Ref. Fielding Dictionary of American Painters Sculptors and Engravers P.139

Madame Binsse's Academy was a ladies finishing school catering to the offspring's of the elite. Tuition was $600.00 per year.
That is about all I want to say right now. I will be back on Monday.

Thursday, November 04, 2010

This Week In Bookplates 10/7/2010

The Immortal Soul Of Emily Seaman
I attended a flea market today and was drawn to a tattered text book which had a political cartoon pasted on the inside back cover.Below the cartoon was a faint pencil notation "presidential campaign 1896 defeated candidate:".The 114 year old cartoon is very timely since the same folks who helped to bring us close to an economic tsunami now want to save us by debasing our currency.
When I got home I noticed a pencil notation on the first blank page.I will write the message in case the scan is not clear. "Emily Seaman is my name. Hamburg ,is my station.Heaven is my dwelling place.Christ is my salvation.When I am dead and in my grave and all my bones are rotten remember me,as you will see that I am not forgotten." I am not sure if there is such a thing as divine intervention or not but I am obliged to honor Emily's wishes.She will not be forgotten for a long, long time.
Click on The Cartoon To Enlarge

Here are two more examples of let the buyer beware when bidding on Ebay. In the listing for the bookplate shown below, the seller indicated it was for the poet Heinrich Heine. I am not all that knowledgeable about German bookplates so I asked fellow collector Richard Schimmelpfeng for assistance and he quickly determined that the plate was done in 1923 by Mathilde Ade. Since the poet died in 1856 the plate was either done for someone with the same name or as an "honorarium" plate.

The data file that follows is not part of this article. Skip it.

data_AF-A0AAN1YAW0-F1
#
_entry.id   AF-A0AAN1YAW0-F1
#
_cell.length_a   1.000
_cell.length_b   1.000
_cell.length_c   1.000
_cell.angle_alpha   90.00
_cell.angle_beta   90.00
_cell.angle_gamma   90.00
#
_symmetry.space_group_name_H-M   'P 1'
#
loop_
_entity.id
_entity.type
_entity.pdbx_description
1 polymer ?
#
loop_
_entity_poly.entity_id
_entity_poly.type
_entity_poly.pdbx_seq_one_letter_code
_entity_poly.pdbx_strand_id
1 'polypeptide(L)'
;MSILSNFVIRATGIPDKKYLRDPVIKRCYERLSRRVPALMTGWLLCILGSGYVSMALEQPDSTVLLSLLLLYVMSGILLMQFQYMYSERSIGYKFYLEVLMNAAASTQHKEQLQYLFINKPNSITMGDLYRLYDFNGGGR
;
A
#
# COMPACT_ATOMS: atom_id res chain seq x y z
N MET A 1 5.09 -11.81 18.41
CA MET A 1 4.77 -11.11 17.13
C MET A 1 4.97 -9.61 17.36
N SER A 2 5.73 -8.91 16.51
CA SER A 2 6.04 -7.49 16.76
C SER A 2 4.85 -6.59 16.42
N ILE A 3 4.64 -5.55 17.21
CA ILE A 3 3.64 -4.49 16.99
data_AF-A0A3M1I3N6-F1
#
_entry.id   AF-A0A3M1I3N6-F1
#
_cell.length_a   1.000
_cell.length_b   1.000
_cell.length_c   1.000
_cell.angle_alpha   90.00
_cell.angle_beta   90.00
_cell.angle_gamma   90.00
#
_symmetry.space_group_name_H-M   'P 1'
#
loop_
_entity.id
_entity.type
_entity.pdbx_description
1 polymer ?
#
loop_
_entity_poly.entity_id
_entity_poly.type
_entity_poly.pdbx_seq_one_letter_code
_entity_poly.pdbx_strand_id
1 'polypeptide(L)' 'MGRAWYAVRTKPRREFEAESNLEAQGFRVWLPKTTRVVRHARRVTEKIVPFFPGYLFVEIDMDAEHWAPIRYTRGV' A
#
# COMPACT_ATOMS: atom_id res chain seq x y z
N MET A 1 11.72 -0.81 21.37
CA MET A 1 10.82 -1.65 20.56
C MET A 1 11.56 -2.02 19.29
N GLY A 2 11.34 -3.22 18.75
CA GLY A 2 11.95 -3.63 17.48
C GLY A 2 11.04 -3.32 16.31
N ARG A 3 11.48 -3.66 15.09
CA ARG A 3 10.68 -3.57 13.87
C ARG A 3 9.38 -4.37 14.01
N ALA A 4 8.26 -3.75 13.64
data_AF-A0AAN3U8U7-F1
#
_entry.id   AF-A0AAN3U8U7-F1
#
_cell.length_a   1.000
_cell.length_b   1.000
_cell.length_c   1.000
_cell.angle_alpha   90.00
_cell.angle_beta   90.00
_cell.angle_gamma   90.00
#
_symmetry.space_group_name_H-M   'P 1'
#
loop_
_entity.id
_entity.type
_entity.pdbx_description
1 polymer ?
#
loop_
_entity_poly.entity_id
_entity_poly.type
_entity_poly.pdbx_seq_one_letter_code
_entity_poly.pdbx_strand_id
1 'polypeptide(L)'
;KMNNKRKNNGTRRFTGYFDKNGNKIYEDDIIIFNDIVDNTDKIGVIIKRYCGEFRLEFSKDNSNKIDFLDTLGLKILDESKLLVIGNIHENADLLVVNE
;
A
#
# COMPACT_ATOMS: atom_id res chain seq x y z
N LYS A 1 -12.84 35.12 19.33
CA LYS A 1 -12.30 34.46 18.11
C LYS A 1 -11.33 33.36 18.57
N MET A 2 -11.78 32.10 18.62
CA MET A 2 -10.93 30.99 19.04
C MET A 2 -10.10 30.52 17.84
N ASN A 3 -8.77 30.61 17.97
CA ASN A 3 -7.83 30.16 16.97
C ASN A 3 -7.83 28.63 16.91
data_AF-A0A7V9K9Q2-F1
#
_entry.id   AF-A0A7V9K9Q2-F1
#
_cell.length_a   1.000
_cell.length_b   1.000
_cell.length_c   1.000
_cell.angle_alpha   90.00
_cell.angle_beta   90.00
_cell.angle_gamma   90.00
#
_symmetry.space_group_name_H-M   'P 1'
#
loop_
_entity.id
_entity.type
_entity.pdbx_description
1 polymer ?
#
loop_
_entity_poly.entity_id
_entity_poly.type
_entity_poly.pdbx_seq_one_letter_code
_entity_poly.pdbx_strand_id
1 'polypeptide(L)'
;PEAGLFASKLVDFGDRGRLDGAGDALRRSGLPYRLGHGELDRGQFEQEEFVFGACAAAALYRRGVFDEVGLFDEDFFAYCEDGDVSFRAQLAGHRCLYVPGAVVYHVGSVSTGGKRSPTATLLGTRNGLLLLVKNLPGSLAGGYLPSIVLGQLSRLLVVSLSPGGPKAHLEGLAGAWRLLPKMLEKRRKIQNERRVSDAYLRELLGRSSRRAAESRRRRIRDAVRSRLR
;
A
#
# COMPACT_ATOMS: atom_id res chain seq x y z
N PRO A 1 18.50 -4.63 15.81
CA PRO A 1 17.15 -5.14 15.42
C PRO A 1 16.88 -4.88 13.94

For the plate shown below the seller indicated that it belonged to Theodore Roosevelt.Giving the seller the benefit of the doubt, what he did not know was that the Roosevelt family used the same bookplate design from generation to generation. A Roman numeral was printed in the lower left corner to indicate which family member the plate belonged to. The numeral three indicates President Roosevelt's grandson.. Theodore Roosevelt the Third ( Click on image to enlarge) and not the president.

I received an email in answer to last week's inquiry about the artist who did the John Cotton Dana bookplate.
"Edith Rights sent me a note and introduced me to your blog. Congratulations on some great information and wonderful images on the art of bookplates. We have a collection of bookplates here at the NPL, which Edith has worked with off and on over a number of years. Our collection was largely collected in the time of John Cotton Dana and immediately afterward, but since it really has not been processed or cataloged since the 1940s or 1950s, unfortunately there is not much access to it (as is the case with many of our collections in our Spec. Col. Division). Regardless we have great examples from Arthur Nelson Macdonald among many other bookplates for which we know relatively little.
However, tied into your blog post about Dana, it is our understanding here at the Library that Dana designed his own personal bookplates. He designed one tied into his Japanese Collection (see attached) which looks similar to the plate on your blog, so I would assume that he did that one as well. Some discussion of Dana and bookplates is in a book by Ezra Shales called Made in Newark: Cultivating Industrial Arts and Civic Identity in the Progressive Era (Rutgers Univ. Press, 2010), but it is far from exhaustive on bookplates as you might imagine (see:"
Best wishes,

Chad Leinaweaver
Special Collections Division
Newark Public Library
Upcoming talk on bookplates and bindings in Amherst, Mass. with interesting bookplate illustrations.


Next Weekend I will be in Boston attending two of the best book/ephemera shows on the east coast.
Here are the links with hours etc.

If you are in the Boston area and have some bookplates for sale or exchange please contact me.

I saw this book for sale on Ebay and it made me laugh. See you next week